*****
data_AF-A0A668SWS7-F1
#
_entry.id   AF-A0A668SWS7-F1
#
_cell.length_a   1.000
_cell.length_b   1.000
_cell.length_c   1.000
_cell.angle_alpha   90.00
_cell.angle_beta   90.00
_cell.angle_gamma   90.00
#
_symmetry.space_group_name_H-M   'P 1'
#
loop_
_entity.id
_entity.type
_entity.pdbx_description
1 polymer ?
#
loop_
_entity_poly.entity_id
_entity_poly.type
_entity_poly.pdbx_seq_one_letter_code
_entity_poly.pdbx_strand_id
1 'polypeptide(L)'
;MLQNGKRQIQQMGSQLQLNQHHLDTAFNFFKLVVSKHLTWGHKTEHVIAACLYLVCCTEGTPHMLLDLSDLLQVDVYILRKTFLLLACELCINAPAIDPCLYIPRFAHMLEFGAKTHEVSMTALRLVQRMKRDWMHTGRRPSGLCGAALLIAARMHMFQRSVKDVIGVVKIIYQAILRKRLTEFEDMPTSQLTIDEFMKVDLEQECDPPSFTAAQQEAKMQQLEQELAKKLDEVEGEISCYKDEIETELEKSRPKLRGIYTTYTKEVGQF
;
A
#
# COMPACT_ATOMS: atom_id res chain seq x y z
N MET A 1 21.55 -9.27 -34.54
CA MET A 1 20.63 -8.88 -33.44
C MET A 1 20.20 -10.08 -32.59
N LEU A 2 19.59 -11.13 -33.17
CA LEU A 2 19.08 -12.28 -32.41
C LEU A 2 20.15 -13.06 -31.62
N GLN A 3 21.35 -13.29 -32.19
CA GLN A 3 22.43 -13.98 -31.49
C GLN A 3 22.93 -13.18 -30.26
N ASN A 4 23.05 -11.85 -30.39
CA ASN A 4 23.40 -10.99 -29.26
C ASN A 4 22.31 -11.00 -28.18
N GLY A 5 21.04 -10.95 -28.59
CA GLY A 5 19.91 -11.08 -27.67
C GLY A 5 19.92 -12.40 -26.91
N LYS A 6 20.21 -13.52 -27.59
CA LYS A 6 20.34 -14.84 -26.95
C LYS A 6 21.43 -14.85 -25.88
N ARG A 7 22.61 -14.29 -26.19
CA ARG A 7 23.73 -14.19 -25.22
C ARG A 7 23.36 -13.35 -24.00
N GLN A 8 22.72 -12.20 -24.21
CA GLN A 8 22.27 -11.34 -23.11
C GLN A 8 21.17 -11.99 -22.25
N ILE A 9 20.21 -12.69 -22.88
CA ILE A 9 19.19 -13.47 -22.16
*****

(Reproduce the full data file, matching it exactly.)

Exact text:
data_AF-A0A668SWS7-F1
#
_entry.id   AF-A0A668SWS7-F1
#
_cell.length_a   1.000
_cell.length_b   1.000
_cell.length_c   1.000
_cell.angle_alpha   90.00
_cell.angle_beta   90.00
_cell.angle_gamma   90.00
#
_symmetry.space_group_name_H-M   'P 1'
#
loop_
_entity.id
_entity.type
_entity.pdbx_description
1 polymer ?
#
loop_
_entity_poly.entity_id
_entity_poly.type
_entity_poly.pdbx_seq_one_letter_code
_entity_poly.pdbx_strand_id
1 'polypeptide(L)'
;MLQNGKRQIQQMGSQLQLNQHHLDTAFNFFKLVVSKHLTWGHKTEHVIAACLYLVCCTEGTPHMLLDLSDLLQVDVYILRKTFLLLACELCINAPAIDPCLYIPRFAHMLEFGAKTHEVSMTALRLVQRMKRDWMHTGRRPSGLCGAALLIAARMHMFQRSVKDVIGVVKIIYQAILRKRLTEFEDMPTSQLTIDEFMKVDLEQECDPPSFTAAQQEAKMQQLEQELAKKLDEVEGEISCYKDEIETELEKSRPKLRGIYTTYTKEVGQF
;
A
#
# COMPACT_ATOMS: atom_id res chain seq x y z
N MET A 1 21.55 -9.27 -34.54
CA MET A 1 20.63 -8.88 -33.44
C MET A 1 20.20 -10.08 -32.59
N LEU A 2 19.59 -11.13 -33.17
CA LEU A 2 19.08 -12.28 -32.41
C LEU A 2 20.15 -13.06 -31.62
N GLN A 3 21.35 -13.29 -32.19
CA GLN A 3 22.43 -13.98 -31.49
C GLN A 3 22.93 -13.18 -30.26
N ASN A 4 23.05 -11.85 -30.39
CA ASN A 4 23.40 -10.99 -29.26
C ASN A 4 22.31 -11.00 -28.18
N GLY A 5 21.04 -10.95 -28.59
CA GLY A 5 19.91 -11.08 -27.67
C GLY A 5 19.92 -12.40 -26.91
N LYS A 6 20.21 -13.52 -27.59
CA LYS A 6 20.34 -14.84 -26.95
C LYS A 6 21.43 -14.85 -25.88
N ARG A 7 22.61 -14.29 -26.19
CA ARG A 7 23.73 -14.19 -25.22
C ARG A 7 23.36 -13.35 -24.00
N GLN A 8 22.72 -12.20 -24.21
CA GLN A 8 22.27 -11.34 -23.11
C GLN A 8 21.17 -11.99 -22.25
N ILE A 9 20.21 -12.69 -22.88
CA ILE A 9 19.19 -13.47 -22.16